Because actual humans were manning the wickets, you had an opportunity to do something which can no longer be gotten away with, and that’s buy a base rate ticket (120 yen at the time) and “hop” the wicket at the end of a long journey to skip the often substantial fare adjustment. My boyfriend at the time (now my husband) and his brother encouraged me to do this to save money so we would wait until the man with the puncher was preoccupied and rush by without paying the extra yen. Sometimes nothing came of this, but at other times we’d get yelled at and then make a run for it. In retrospect, this was a pretty terrible thing to do as it was a crime, albeit a petty one. In my defense, I had only been in Japan for a short time and was here at the time as a tourist simply following the lead of two more experienced people. If I had the choice to make again, I certainly wouldn’t have done it.
Of my own volition, that was the craziest (aka dumbest) thing I’ve ever done. However, I did do something by accident which goes down in my personal history as the most embarrassing thing I’ve managed to do here. Very early on in my second visit, which was as someone who planned to stay awhile, I went into the public restroom. Bear in mind that I couldn’t read any Japanese at all and this was in 1989 and there was far, far less English signage than there is now. There were several buttons on the wall and I wasn’t sure which one was going to flush the toilet. I debated doing the nasty thing and walking away without flushing, but opted to push the button I had concluded was the correct one. I pushed it, and nothing at all happened so I pushed another and successfully flushed my first Japanese-style public toilet. Shortly thereafter, a Japanese man came frantically running into the ladies room yelling. He was clearly in a panic and I figured out that I’d accidentally pushed the emergency button which notifies people that something has gone amiss in the toilet. The odd thing was that he didn’t really pay much attention to me as I quickly sauntered past him. He was too busy checking the stalls for stab wound victims or grannies with broken hips. To this day, I wonder if he realized the stupid foreigner pushed the wrong button while trying to flush the toilet.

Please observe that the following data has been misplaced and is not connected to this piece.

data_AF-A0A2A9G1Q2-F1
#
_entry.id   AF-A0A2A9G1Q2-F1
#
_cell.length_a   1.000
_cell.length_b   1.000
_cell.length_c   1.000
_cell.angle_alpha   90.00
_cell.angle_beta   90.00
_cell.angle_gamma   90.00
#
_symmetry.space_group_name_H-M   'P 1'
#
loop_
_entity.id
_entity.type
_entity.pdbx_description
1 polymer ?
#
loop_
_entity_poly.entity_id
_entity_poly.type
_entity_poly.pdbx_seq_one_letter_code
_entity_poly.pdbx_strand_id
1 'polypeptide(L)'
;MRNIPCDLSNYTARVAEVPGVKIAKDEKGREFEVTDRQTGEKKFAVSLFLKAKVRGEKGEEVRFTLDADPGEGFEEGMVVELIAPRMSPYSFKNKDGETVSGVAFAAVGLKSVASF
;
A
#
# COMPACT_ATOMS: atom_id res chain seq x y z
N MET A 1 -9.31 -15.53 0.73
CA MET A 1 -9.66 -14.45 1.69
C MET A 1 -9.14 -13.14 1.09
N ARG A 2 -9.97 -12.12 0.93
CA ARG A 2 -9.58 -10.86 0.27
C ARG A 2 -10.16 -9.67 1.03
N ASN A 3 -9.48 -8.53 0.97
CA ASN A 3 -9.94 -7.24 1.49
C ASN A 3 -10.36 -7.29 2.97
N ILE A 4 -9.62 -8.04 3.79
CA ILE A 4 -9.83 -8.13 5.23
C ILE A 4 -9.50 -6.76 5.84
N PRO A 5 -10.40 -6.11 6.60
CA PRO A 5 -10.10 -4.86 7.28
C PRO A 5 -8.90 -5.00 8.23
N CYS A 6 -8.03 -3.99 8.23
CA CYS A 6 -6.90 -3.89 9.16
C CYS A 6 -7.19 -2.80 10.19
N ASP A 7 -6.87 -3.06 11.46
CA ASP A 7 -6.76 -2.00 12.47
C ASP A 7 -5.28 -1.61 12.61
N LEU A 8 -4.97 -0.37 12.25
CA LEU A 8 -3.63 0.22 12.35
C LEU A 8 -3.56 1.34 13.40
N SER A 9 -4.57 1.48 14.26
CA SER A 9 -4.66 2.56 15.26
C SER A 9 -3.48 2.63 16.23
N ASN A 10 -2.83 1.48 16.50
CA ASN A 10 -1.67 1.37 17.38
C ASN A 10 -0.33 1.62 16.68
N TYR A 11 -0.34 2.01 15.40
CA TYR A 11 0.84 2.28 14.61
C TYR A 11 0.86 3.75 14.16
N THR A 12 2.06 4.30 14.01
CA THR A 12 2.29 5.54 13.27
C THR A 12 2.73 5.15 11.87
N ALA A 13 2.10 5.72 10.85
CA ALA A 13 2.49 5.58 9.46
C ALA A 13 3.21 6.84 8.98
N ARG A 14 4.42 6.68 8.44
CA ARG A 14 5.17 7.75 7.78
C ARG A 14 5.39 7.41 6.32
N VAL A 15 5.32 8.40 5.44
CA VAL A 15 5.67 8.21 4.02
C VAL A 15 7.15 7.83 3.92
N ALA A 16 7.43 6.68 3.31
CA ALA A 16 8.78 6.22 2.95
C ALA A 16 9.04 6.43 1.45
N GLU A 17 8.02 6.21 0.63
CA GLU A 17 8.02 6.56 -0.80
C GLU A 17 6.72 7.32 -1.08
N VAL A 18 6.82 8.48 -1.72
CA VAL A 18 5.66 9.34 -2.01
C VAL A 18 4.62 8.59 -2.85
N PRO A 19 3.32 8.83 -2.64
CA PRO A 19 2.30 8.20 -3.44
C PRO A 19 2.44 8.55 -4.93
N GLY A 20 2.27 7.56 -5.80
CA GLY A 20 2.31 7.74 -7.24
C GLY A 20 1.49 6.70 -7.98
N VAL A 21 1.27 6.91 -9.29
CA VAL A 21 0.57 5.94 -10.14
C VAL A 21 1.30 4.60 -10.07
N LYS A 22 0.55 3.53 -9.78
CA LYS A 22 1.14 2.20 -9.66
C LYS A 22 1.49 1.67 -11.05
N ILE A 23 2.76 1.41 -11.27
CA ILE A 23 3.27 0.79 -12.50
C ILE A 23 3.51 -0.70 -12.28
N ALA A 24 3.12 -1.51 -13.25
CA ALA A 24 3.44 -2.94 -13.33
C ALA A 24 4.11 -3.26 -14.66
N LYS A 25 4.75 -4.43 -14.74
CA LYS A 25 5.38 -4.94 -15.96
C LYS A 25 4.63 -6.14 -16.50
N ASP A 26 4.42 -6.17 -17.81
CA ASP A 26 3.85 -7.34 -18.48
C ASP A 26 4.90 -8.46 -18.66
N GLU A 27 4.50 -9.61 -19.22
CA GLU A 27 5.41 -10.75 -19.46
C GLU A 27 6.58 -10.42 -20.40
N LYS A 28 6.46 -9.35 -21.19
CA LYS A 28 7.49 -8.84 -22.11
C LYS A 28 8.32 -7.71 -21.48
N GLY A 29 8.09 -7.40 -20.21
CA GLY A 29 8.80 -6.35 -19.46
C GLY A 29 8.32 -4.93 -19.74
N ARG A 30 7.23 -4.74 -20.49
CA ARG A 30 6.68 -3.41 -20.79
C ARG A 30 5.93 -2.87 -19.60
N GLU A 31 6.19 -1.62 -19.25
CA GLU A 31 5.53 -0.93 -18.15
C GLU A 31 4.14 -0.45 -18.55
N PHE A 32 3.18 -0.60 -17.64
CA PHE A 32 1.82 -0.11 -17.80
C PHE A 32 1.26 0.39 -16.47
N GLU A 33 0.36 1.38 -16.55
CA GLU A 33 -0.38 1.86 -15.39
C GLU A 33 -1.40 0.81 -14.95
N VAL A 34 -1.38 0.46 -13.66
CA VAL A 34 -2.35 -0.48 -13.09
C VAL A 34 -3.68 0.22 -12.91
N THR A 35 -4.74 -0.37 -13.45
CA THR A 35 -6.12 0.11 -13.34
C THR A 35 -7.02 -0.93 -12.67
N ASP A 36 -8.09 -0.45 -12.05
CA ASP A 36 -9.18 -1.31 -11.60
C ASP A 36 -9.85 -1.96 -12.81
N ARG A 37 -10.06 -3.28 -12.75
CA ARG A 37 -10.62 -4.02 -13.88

2-Why do you blog about Japan?
I blog about Japan because this is where I happen to be now, and I have a passion for writing. When I was 17 years old, I had 19 pen pals because that gave me the opportunity to write letters all of the time. Writing is a craft which I have cultivated for most of my life and I’ve written about a wide variety of topics depending on what was going on at any given time. If I weren’t in Japan, I’d be writing about something else. It’s fortunate that Japan grants such rich territory for mining subject matter, but I’d still have things to say if I weren’t here.